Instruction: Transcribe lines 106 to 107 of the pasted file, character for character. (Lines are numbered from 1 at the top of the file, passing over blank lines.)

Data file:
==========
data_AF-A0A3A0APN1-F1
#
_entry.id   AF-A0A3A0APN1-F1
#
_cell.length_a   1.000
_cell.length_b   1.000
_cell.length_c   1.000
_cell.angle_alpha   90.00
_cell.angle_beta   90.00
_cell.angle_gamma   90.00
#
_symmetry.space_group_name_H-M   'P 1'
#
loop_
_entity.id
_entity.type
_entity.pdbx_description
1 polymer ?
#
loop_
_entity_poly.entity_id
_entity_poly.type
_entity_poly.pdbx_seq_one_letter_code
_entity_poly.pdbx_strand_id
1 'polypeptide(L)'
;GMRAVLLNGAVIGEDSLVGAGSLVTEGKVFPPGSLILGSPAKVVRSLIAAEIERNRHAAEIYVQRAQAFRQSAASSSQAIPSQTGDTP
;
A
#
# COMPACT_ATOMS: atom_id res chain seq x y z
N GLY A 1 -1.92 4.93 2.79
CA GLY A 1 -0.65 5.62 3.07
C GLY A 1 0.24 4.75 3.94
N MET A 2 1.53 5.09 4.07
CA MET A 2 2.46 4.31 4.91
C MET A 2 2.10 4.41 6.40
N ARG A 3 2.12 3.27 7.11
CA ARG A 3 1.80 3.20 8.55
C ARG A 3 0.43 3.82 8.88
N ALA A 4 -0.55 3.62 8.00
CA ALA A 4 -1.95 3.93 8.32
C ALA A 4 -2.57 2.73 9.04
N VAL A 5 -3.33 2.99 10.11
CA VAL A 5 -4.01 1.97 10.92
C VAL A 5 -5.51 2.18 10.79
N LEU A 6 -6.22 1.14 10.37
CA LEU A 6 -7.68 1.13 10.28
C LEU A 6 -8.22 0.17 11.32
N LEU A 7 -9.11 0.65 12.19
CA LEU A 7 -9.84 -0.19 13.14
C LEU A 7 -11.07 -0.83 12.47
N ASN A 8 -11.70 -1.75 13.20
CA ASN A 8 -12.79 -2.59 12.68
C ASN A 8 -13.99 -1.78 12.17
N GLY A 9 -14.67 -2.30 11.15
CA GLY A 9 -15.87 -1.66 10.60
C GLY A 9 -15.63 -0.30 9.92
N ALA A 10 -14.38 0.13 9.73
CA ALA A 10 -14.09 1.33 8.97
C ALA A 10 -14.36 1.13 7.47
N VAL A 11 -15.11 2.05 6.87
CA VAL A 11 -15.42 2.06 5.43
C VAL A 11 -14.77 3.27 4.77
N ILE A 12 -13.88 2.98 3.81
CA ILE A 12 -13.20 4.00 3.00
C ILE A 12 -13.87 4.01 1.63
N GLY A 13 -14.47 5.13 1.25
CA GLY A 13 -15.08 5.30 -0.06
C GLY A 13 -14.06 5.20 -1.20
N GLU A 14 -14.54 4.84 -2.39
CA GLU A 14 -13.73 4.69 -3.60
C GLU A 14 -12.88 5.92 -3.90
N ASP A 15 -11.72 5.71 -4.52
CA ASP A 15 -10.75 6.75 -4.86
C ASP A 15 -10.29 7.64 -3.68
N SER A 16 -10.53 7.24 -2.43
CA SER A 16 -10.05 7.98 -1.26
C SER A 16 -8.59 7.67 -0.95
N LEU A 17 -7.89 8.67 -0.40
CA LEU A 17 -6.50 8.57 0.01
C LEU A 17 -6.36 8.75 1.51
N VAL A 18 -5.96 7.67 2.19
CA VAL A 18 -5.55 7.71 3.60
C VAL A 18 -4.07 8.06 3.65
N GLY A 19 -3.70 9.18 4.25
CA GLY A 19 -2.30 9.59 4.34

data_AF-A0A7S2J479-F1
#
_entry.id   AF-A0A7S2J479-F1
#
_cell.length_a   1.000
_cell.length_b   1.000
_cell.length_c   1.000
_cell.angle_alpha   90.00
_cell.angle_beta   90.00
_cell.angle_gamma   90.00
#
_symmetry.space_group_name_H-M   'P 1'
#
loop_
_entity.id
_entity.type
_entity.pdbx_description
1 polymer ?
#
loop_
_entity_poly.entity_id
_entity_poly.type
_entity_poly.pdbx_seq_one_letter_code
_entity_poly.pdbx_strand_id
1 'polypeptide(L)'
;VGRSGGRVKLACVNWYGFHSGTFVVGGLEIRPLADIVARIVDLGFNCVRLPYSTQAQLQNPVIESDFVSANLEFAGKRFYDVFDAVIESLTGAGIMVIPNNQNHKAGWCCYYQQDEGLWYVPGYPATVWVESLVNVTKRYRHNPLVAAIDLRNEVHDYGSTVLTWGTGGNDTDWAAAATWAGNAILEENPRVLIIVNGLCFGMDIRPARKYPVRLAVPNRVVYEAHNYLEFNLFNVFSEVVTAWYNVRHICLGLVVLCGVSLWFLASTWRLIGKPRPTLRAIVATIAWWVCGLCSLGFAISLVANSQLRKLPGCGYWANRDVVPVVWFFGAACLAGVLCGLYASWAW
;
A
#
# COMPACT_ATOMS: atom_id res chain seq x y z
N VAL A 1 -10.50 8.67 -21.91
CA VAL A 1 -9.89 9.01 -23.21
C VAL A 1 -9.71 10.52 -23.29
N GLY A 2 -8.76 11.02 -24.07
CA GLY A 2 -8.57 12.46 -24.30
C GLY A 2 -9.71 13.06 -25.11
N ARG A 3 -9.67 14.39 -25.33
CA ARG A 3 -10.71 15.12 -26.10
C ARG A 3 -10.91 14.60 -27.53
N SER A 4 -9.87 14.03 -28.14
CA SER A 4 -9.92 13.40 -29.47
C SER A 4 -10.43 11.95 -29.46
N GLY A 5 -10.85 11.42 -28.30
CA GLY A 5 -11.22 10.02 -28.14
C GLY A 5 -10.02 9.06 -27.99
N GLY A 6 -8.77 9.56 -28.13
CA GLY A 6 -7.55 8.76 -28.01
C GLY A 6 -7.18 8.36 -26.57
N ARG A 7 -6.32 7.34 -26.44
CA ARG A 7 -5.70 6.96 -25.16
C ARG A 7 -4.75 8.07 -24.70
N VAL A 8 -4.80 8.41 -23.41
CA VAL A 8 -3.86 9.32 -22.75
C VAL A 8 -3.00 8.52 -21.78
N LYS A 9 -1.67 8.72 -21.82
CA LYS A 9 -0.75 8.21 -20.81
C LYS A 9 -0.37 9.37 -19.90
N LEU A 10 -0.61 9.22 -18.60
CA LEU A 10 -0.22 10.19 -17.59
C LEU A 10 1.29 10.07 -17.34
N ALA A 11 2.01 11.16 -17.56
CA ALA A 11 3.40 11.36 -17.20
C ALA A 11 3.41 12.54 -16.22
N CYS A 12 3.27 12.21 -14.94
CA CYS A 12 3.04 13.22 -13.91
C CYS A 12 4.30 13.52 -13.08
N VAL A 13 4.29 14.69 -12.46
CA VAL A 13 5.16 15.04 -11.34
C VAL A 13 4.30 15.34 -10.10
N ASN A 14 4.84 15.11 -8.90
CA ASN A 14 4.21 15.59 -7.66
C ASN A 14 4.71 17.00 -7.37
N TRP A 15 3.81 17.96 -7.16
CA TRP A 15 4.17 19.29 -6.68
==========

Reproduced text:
loop_
_entity_poly.entity_id